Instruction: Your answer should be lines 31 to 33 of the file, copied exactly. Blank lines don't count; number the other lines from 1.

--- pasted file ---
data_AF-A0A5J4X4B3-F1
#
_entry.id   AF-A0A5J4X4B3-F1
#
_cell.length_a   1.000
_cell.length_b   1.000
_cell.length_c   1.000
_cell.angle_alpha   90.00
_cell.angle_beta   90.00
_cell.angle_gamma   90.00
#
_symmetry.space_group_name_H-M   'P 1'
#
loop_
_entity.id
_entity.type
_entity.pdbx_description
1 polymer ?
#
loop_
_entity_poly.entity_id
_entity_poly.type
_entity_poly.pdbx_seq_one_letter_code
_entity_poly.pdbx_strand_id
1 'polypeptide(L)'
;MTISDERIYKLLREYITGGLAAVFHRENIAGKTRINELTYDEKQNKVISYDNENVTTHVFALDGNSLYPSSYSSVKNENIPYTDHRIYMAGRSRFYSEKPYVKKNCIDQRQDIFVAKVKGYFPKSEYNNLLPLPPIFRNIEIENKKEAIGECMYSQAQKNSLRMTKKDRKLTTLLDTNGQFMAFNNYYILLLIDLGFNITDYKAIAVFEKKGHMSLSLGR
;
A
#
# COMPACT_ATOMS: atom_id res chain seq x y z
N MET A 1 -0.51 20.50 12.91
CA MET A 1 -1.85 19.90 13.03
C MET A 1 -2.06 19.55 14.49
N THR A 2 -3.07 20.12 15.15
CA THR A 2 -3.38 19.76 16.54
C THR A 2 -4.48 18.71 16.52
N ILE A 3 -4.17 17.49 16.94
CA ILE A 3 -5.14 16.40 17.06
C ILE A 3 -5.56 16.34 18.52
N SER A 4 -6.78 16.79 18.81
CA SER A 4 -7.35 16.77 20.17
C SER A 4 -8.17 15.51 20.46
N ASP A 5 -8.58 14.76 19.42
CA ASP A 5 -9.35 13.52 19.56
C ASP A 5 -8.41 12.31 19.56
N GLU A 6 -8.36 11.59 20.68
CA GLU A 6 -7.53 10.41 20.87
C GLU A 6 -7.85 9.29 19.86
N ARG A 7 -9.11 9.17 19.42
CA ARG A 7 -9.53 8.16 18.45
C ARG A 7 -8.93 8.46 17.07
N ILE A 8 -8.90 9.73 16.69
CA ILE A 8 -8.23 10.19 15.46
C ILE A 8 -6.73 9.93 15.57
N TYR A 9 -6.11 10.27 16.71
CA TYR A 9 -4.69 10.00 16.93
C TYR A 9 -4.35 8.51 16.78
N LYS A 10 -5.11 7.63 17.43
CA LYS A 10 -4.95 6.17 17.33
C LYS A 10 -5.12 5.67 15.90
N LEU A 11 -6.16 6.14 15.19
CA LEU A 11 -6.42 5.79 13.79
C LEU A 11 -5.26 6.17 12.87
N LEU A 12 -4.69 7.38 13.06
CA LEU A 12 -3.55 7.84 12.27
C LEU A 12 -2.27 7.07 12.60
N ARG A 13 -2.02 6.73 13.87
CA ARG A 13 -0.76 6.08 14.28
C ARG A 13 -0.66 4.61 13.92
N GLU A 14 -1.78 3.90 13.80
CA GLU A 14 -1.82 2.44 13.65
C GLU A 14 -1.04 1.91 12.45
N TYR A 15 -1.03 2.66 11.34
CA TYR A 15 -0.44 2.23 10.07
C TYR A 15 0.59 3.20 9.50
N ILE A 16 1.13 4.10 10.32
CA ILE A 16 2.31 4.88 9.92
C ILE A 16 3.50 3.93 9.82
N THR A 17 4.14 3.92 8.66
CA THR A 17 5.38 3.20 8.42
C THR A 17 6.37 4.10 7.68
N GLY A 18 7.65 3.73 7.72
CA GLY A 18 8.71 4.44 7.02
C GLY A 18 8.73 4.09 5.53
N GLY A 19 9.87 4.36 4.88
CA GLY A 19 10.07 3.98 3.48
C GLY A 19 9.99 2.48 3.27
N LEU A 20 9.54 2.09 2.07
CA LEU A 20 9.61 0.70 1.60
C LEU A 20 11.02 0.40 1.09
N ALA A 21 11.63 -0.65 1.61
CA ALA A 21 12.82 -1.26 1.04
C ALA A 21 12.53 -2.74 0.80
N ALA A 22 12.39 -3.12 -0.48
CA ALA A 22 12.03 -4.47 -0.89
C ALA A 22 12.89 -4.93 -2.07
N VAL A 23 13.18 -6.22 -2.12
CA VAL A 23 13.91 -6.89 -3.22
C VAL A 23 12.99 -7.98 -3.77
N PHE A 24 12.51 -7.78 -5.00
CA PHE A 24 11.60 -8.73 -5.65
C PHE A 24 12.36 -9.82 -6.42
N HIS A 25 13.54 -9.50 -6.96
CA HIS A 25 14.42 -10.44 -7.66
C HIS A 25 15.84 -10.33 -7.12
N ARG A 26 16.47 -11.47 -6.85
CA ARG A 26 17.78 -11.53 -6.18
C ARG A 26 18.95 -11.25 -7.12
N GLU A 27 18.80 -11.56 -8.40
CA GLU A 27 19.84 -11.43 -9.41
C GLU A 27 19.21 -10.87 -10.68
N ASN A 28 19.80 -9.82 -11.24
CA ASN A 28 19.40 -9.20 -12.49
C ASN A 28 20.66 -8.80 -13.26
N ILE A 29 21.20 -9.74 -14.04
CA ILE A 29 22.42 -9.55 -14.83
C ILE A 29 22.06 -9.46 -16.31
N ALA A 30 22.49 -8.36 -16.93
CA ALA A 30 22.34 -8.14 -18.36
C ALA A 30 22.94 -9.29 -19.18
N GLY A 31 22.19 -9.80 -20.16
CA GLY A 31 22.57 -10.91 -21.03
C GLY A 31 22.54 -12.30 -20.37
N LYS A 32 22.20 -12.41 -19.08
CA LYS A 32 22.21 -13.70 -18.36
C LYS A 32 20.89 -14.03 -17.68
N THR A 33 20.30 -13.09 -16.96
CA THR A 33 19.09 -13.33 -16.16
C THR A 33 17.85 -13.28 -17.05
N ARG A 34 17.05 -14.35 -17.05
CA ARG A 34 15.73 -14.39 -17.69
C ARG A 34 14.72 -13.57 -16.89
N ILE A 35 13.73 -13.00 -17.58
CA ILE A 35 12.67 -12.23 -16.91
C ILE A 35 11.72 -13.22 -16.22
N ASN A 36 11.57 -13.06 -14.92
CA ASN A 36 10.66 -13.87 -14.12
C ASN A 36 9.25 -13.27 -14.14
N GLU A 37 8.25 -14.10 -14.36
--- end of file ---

N MET A 1 -0.51 20.50 12.91
CA MET A 1 -1.85 19.90 13.03
C MET A 1 -2.06 19.55 14.49